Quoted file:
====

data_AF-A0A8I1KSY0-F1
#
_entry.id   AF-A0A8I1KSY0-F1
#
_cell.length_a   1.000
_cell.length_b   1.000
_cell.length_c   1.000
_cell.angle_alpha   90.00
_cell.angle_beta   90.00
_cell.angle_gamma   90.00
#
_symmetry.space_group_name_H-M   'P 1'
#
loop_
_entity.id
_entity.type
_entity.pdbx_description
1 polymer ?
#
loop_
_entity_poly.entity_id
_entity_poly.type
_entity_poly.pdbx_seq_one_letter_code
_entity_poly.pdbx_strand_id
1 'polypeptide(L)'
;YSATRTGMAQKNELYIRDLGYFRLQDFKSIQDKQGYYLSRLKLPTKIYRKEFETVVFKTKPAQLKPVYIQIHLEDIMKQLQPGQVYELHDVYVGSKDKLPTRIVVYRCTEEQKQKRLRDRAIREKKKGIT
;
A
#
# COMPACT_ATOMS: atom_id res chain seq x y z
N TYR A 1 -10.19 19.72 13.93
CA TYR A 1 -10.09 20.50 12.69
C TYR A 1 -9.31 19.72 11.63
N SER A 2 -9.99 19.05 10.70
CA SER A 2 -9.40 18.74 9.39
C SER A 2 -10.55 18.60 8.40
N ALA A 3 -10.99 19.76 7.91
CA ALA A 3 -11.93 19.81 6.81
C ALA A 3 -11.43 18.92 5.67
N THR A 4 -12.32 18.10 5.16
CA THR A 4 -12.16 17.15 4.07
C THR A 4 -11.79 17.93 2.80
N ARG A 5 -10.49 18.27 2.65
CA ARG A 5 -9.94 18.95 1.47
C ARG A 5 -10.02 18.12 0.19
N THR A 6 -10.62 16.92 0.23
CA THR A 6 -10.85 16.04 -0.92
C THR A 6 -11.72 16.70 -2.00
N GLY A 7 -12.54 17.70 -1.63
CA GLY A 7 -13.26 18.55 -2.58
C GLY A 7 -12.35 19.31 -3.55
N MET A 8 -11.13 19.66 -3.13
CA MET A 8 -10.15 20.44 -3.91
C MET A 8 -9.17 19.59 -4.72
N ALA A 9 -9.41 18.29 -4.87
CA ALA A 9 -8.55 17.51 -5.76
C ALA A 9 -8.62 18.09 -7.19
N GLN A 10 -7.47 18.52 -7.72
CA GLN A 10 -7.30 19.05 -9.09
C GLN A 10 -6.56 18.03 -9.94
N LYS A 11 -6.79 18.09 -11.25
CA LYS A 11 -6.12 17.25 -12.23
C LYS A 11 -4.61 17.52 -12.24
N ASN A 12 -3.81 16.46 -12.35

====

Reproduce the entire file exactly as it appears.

data_AF-A0A8I1KSY0-F1
#
_entry.id   AF-A0A8I1KSY0-F1
#
_cell.length_a   1.000
_cell.length_b   1.000
_cell.length_c   1.000
_cell.angle_alpha   90.00
_cell.angle_beta   90.00
_cell.angle_gamma   90.00
#
_symmetry.space_group_name_H-M   'P 1'
#
loop_
_entity.id
_entity.type
_entity.pdbx_description
1 polymer ?
#
loop_
_entity_poly.entity_id
_entity_poly.type
_entity_poly.pdbx_seq_one_letter_code
_entity_poly.pdbx_strand_id
1 'polypeptide(L)'
;YSATRTGMAQKNELYIRDLGYFRLQDFKSIQDKQGYYLSRLKLPTKIYRKEFETVVFKTKPAQLKPVYIQIHLEDIMKQLQPGQVYELHDVYVGSKDKLPTRIVVYRCTEEQKQKRLRDRAIREKKKGIT
;
A
#
# COMPACT_ATOMS: atom_id res chain seq x y z
N TYR A 1 -10.19 19.72 13.93
CA TYR A 1 -10.09 20.50 12.69
C TYR A 1 -9.31 19.72 11.63
N SER A 2 -9.99 19.05 10.70
CA SER A 2 -9.40 18.74 9.39
C SER A 2 -10.55 18.60 8.40
N ALA A 3 -10.99 19.76 7.91
CA ALA A 3 -11.93 19.81 6.81
C ALA A 3 -11.43 18.92 5.67
N THR A 4 -12.32 18.10 5.16
CA THR A 4 -12.16 17.15 4.07
C THR A 4 -11.79 17.93 2.80
N ARG A 5 -10.49 18.27 2.65
CA ARG A 5 -9.94 18.95 1.47
C ARG A 5 -10.02 18.12 0.19
N THR A 6 -10.62 16.92 0.23
CA THR A 6 -10.85 16.04 -0.92
C THR A 6 -11.72 16.70 -2.00
N GLY A 7 -12.54 17.70 -1.63
CA GLY A 7 -13.26 18.55 -2.58
C GLY A 7 -12.35 19.31 -3.55
N MET A 8 -11.13 19.66 -3.13
CA MET A 8 -10.15 20.44 -3.91
C MET A 8 -9.17 19.59 -4.72
N ALA A 9 -9.41 18.29 -4.87
CA ALA A 9 -8.55 17.51 -5.76
C ALA A 9 -8.62 18.09 -7.19
N GLN A 10 -7.47 18.52 -7.72
CA GLN A 10 -7.30 19.05 -9.09
C GLN A 10 -6.56 18.03 -9.94
N LYS A 11 -6.79 18.09 -11.25
CA LYS A 11 -6.12 17.25 -12.23
C LYS A 11 -4.61 17.52 -12.24
N ASN A 12 -3.81 16.46 -12.35